Toji Temple 東寺
Age old Buddhism!
Steeped in history, the Toji complex spans the years from its expansion in the ninth century to its current collaboration with the Cartier Foundation for Contemporary Art in France.
Toji Temple History
The elegant pagoda of Toji Temple (Kyo-o-gokukuji) can be seen from the Shinkansen (bullet train) as you come into Kyoto. Toji's pagoda is a symbol of Kyoto and a World Heritage Site. Toji (lit. "East Temple") is a short subway ride south of Kyoto Station or it is possible to walk to Toji from the south east of the station.
Toji Temple, which dates from 794, is known for its high pagoda tower (the tallest in Japan at 55m) and for its lively flea markets on the 21st of every month (called "Kobo-san" locally). Get there very early for the best buys, which include fine textiles, ceramics and tansu furniture.
Toji Temple was founded in 794 on imperial orders from the Emperor Kammu to pray for national peace and in 823 was given to Kobo Daishi (aka Kukai), the founder of the Shingon school of Japanese Buddhism.
The plain, wooden main hall (Kondo) dates from 1603 and was built by Hideyori, the son of warlord Hideyoshi Toyotomi in a combination of native, Chinese and Indian styles. This building contains statues of the Yakushi (Healing Buddha) and his assistants Nikko and Gakko.
Toji Temple Pagoda
Toji Temple's five story pagoda originally dates from 826 and was then rebuilt in 1644. The 55m tall tower is the largest in Japan. The interior of the pagoda is opened for a short period over New Year and has Esoteric Buddhist (Mikkyo) illustrations within.
Toji Temple is illuminated at night and makes for a lovely sight on the road into the city from the south.
The red-lacquered Lecture Hall (Kodo) contains a number of images influenced by Tibetan Tantric Buddhism, dating from the Heian Period and arranged in a sacred mandala with five Buddha images at the center, each carved from single blocks of wood and surrounded by Bodhisattvas, the Godai Myo-o (Five Fearful Kings), the Shi-Tenno (Four Heavenly Kings) and other Hindu deities. The original was built by Kukai in 825, though the present building is 16th century.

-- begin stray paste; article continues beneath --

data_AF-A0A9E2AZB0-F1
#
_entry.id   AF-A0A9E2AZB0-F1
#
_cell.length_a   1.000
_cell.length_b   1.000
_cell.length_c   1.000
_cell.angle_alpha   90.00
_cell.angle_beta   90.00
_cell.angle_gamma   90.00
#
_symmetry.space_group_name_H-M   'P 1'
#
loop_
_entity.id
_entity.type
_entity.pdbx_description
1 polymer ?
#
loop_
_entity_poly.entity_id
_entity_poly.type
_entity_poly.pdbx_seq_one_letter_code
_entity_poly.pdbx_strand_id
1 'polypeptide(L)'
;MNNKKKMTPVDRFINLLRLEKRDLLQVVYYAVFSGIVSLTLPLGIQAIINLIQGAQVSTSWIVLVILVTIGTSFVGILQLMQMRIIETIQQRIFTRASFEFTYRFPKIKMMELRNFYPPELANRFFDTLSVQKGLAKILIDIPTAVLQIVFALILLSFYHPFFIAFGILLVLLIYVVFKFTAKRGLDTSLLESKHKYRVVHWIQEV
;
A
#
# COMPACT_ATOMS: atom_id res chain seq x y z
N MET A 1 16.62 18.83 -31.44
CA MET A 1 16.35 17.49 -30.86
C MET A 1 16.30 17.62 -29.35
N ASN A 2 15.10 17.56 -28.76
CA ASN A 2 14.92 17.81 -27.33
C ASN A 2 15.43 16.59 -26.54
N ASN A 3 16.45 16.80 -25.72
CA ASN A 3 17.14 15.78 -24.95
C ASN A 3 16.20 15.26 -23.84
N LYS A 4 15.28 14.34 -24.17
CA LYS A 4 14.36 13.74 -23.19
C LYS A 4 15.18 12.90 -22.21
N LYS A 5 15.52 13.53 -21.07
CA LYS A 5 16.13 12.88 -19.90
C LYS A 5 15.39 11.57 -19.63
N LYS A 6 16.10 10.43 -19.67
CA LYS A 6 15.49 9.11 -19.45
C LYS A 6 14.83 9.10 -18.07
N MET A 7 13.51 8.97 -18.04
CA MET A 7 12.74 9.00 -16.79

Toji's main gate on Kujo Street is called Nandaimon Gate. The original burnt down and was replaced by this eight pillared gate, which was brought from outside Sanjusangendo Temple in 1894.
Indeed Toji Temple (East Temple) is one of the oldest temples in Kyoto and along with Sai-ji (West Temple), which no longer exists (it burnt down in 1233), stood on either side of the Rashomon Gate that guarded the main southern entrance into Heian-kyo (Kyoto).
Toji Temple Buildings
The azekura storehouse, built from wood entirely without nails in 1197, houses a large collection of Buddhist art, some of which is thought to have been brought from China by Kobo Daishi himself.
Other buildings in Toji Temple grounds registered as National Treasures or Important Cultural Properties include the Rengemon Gate (1191), the Lecture Hall or Kodo (1598) and the Founder's Hall (1380) or Meido, where Kobo Daishi himself is reported to have lived. Here a 13th century statue of the great man is on display on the 21st of each month when Kobo Daishi's death is commemorated. The Golden Hall or Kondo is the temple's main hall. Within is a statue of Yakushi which dates from 1603.
The modern, concrete Homotsu-kan displays many of Toji's treasures in special exhibitions in two seasons: March 20 to May 25 and September 20 to November 25.
North of the main complex is Kanchi-in (観智院), a sub-temple of Toji. Built during the Muromachi Period in the 14th century, the temple has a fine garden and an ink painting by the swordsman Miyamoto Musashi. Admission is 500 yen for adults.
Address, timetable & access
1 Kujo, Minami-ku
Timetable8 am - 5 pm. Last entry 4.30pm
PriceEntrance to the Kondo and Kodo halls as well as the garden is 500 yen for adults, 400 yen for high school students and 300 yen for students aged 7-15.
AccessToji is a short walk or cycle ride west from Kujo subway station on the Karasuma Line along Kujo Street. Buses #202, #207, #208 and #19 pass by the main entrance to the temple.